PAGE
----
Méréo France recorded a temperature of 42.6C at 4.32pm in Parc Montsouris in the 14th arrondissement, breaking the previous record of 40.4C which was set back in 1947.
That meant Paris has recorded a highest ever temperature above those held by southern European capitals like Rome, Madrid and Lisbon (see tweet below).
Just to put today's all-time high temperature in Paris in context… 42.6C is hotter than the highest temperature ever recorded in Rome, Madrid and Lisbon! https://t.co/lSBhGEdtv4 pic.twitter.com/bA6fcDppUM
— The Local France (@TheLocalFrance) July 25, 2019
Météo France has predicted that records will tumble across the country today, with Troyes, Rouen Lille and Dunkerque all recording records so far and more expected to follow.
#Canicule Des #records absolus (tous mois confondus) de température maximale sont menacés pour la journée de jeudi, notamment à Paris, Lille, Rouen, Orléans, Reims, Dijon, Nancy ou encore Strasbourg.
Suivez l'évolution de la situation sur https://t.co/Z34IMbj7oV pic.twitter.com/CrAbbGfpcK
— Météo-France (@meteofrance) July 24, 2019
But it is unlikely that France's all time record – set at the end of last month – will fall.
That record was 46C and was set in the southern département of Herault.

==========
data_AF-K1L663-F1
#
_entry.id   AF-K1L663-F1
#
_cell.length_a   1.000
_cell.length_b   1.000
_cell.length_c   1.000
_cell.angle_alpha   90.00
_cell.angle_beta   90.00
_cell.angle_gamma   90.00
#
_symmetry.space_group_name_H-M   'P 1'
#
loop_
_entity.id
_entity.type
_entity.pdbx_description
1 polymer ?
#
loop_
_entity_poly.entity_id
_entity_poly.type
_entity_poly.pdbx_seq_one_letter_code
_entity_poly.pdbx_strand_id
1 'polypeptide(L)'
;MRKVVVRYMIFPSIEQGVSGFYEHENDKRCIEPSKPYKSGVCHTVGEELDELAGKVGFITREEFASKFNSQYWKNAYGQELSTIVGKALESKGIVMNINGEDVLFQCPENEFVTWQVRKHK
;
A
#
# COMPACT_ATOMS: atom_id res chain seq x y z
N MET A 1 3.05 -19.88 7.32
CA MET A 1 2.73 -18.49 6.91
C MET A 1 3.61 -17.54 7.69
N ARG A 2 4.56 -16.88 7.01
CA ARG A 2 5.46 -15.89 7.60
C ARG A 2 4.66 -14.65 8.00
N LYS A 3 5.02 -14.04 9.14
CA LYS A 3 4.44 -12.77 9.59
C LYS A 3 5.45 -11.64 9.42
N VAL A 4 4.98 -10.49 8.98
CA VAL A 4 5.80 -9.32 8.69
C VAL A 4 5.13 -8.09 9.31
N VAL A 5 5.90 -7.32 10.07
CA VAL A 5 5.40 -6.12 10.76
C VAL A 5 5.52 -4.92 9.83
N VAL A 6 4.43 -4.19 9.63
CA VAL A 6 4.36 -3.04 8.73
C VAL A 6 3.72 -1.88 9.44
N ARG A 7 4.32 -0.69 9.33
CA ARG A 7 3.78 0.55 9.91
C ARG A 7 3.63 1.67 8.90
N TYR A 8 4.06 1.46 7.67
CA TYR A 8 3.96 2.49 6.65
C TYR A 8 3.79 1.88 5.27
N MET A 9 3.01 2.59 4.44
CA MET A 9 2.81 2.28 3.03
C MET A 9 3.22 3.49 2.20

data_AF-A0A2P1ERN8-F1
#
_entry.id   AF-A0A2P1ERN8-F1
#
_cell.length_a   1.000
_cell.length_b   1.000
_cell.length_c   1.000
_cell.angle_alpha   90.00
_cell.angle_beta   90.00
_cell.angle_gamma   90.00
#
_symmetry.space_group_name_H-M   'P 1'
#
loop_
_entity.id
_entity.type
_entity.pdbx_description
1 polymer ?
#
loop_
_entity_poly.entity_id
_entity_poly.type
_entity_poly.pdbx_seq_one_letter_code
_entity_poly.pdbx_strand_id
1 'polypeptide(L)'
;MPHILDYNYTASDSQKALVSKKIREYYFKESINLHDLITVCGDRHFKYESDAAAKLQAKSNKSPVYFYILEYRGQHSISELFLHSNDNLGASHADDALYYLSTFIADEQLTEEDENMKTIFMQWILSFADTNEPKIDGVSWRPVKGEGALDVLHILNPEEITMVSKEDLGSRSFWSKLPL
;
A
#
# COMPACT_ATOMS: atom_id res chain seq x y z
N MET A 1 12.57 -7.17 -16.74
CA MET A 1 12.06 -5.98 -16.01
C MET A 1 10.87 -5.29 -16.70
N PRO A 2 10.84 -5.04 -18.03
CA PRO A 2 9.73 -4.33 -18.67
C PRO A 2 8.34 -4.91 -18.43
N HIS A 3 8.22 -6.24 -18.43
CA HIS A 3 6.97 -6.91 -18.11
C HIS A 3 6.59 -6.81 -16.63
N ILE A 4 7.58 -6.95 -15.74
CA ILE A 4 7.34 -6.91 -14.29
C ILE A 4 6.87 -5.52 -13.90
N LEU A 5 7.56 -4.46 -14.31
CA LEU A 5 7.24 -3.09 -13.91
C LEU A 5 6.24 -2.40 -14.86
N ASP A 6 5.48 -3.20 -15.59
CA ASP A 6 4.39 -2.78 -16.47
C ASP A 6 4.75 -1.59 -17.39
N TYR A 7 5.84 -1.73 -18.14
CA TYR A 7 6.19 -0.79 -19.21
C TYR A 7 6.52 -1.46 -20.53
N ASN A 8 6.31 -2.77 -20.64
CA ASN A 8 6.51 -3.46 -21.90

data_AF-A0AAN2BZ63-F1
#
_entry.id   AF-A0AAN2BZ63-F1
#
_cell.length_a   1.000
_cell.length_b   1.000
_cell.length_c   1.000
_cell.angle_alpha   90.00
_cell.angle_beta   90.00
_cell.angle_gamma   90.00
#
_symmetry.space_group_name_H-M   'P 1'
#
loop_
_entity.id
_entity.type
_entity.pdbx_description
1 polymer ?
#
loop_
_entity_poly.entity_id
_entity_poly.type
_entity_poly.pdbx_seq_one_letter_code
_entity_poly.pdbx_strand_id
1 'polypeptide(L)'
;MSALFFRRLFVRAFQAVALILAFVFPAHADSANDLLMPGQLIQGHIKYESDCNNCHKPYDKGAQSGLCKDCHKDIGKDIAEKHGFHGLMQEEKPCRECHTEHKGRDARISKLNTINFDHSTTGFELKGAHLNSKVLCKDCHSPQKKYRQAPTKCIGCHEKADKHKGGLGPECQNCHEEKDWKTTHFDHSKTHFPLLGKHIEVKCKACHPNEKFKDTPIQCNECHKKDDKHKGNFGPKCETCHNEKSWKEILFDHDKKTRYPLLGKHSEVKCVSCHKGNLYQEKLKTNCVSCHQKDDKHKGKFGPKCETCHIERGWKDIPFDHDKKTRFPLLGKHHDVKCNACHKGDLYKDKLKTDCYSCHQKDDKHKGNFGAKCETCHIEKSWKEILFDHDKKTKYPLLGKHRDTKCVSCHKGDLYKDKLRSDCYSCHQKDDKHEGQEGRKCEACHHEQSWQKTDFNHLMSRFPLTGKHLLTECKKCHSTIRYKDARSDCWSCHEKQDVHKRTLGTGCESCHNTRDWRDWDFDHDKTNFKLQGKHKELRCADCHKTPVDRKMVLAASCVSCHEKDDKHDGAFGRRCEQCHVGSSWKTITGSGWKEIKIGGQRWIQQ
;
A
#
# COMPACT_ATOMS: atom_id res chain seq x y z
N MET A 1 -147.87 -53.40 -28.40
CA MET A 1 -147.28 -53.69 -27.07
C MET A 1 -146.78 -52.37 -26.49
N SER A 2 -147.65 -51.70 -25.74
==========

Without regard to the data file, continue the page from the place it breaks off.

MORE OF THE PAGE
Paris is one of a number of départements placed on red alert for the extreme heart, with the public warned to take precautions to avoid health risks.
- MAP How to find the cool spots in Paris
- Here's the French government's official advice on staying cool during the heatwave
- EXPLAINED What a red level heat warning in France means for you
The government is urging people to use extreme caution – stop excessive physical activity, drink plenty of water and if possible not go out during the hottest part of the day.
The city of Paris activated its emergency heat plan earlier in the week with cool rooms, water fountains and keeping parks open overnight.
A group of children at a holiday camp just outside Paris have been hospitalised with heatstroke.
The children were at a camp for the children of SNCF employees at La Garenne-Colombe when they fell ill on Wednesday night.
Six children were taken to hospital while another 13 were treated at the site by emergency crews, before being taken to an air conditioned location.
Captain Lointier of the Paris Pompiers said: ” The children all had a medical examination first to check their vital functions.
“That is, we listen to the heart and breathing and check their vital signs. Then we tried to cool them down. To do this, were are sprayed with water for 5 to 10 minutes, making sure that the water is not too cold to avoid any thermal shock.”